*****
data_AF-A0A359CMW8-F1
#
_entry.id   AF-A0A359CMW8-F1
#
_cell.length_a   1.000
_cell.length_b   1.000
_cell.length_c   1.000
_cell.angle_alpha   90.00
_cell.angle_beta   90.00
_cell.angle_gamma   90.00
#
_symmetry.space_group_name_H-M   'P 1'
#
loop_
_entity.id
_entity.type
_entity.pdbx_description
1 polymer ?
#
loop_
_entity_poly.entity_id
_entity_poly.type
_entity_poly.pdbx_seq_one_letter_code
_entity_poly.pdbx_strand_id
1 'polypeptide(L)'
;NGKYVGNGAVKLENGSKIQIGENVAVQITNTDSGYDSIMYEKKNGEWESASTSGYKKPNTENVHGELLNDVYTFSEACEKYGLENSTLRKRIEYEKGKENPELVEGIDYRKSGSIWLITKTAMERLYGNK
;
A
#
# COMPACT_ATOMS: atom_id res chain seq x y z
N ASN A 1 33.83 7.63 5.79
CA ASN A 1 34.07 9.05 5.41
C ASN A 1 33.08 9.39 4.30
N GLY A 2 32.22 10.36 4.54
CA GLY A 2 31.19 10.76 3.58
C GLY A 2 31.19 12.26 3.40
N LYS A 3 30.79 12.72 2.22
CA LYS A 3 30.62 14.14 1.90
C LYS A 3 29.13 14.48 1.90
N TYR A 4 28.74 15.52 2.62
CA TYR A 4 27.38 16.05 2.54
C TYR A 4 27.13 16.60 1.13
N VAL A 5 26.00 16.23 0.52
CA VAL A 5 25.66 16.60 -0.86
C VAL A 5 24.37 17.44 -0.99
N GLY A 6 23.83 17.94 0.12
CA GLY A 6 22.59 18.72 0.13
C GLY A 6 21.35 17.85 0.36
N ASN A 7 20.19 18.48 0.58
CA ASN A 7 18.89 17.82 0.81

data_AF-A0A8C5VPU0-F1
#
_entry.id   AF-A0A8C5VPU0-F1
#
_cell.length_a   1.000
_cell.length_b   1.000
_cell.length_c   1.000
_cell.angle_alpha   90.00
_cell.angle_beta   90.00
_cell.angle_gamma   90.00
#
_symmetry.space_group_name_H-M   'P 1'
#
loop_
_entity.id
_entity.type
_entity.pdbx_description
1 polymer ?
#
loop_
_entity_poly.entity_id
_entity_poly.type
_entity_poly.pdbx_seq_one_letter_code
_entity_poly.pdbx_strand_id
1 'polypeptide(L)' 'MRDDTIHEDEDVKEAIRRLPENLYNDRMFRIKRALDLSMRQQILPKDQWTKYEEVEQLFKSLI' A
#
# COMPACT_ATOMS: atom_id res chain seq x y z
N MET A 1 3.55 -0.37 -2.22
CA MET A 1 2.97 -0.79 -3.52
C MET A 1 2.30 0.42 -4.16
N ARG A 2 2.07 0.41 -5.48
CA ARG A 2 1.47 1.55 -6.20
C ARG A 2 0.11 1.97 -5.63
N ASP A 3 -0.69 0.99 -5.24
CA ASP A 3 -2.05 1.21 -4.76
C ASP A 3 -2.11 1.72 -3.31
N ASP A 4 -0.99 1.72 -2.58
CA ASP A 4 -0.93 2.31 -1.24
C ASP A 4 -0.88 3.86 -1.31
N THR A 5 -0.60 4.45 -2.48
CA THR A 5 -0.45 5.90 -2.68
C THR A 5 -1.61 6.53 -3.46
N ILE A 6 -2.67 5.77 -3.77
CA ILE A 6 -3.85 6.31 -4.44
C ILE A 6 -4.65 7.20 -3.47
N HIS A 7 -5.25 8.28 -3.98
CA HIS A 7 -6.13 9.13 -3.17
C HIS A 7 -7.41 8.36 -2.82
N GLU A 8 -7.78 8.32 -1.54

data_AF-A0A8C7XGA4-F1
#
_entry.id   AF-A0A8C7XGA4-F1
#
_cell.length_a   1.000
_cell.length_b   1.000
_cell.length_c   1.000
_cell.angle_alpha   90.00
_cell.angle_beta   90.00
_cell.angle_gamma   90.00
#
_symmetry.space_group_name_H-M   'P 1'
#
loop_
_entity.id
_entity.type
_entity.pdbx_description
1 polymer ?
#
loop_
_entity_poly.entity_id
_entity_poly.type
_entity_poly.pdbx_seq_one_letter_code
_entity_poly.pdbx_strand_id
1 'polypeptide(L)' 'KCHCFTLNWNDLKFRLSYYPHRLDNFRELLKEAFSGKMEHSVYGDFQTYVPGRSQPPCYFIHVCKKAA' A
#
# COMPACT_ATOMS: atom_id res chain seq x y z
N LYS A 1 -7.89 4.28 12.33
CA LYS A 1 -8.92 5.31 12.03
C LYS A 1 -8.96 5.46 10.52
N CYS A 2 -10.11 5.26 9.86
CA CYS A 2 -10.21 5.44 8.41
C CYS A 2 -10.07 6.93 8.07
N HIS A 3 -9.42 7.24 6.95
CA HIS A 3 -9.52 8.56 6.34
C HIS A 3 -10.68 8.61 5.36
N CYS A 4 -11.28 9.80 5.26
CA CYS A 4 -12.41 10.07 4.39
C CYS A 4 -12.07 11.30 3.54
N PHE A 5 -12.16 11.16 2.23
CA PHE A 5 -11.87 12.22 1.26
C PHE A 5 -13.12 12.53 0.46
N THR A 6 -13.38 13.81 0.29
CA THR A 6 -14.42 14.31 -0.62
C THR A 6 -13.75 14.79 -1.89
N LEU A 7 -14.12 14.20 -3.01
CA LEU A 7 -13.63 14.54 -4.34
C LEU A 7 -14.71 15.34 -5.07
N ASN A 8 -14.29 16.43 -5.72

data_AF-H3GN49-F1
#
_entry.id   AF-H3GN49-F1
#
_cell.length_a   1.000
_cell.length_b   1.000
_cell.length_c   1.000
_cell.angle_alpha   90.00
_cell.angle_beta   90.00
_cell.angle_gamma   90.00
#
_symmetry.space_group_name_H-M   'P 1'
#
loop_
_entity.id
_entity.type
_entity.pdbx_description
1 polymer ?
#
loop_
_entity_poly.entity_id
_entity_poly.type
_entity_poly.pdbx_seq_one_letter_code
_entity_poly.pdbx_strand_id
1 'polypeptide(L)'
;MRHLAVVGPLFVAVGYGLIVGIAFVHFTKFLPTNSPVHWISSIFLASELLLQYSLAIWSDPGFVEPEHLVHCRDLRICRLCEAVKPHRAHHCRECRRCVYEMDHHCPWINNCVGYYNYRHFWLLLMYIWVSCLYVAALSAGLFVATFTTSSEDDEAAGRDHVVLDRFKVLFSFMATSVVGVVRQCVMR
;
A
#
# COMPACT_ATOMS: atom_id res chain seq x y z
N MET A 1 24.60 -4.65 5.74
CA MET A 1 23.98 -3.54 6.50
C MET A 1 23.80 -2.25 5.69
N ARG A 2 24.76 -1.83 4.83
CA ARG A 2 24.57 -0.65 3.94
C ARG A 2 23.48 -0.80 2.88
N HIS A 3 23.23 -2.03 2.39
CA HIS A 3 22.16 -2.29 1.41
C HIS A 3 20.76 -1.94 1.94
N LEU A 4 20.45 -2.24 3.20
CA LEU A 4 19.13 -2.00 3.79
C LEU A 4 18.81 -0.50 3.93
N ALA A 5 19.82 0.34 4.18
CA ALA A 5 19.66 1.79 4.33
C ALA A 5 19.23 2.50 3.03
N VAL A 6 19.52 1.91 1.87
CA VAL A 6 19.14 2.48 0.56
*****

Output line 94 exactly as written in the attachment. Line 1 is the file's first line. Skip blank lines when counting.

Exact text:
CA ILE A 6 -3.85 6.31 -4.44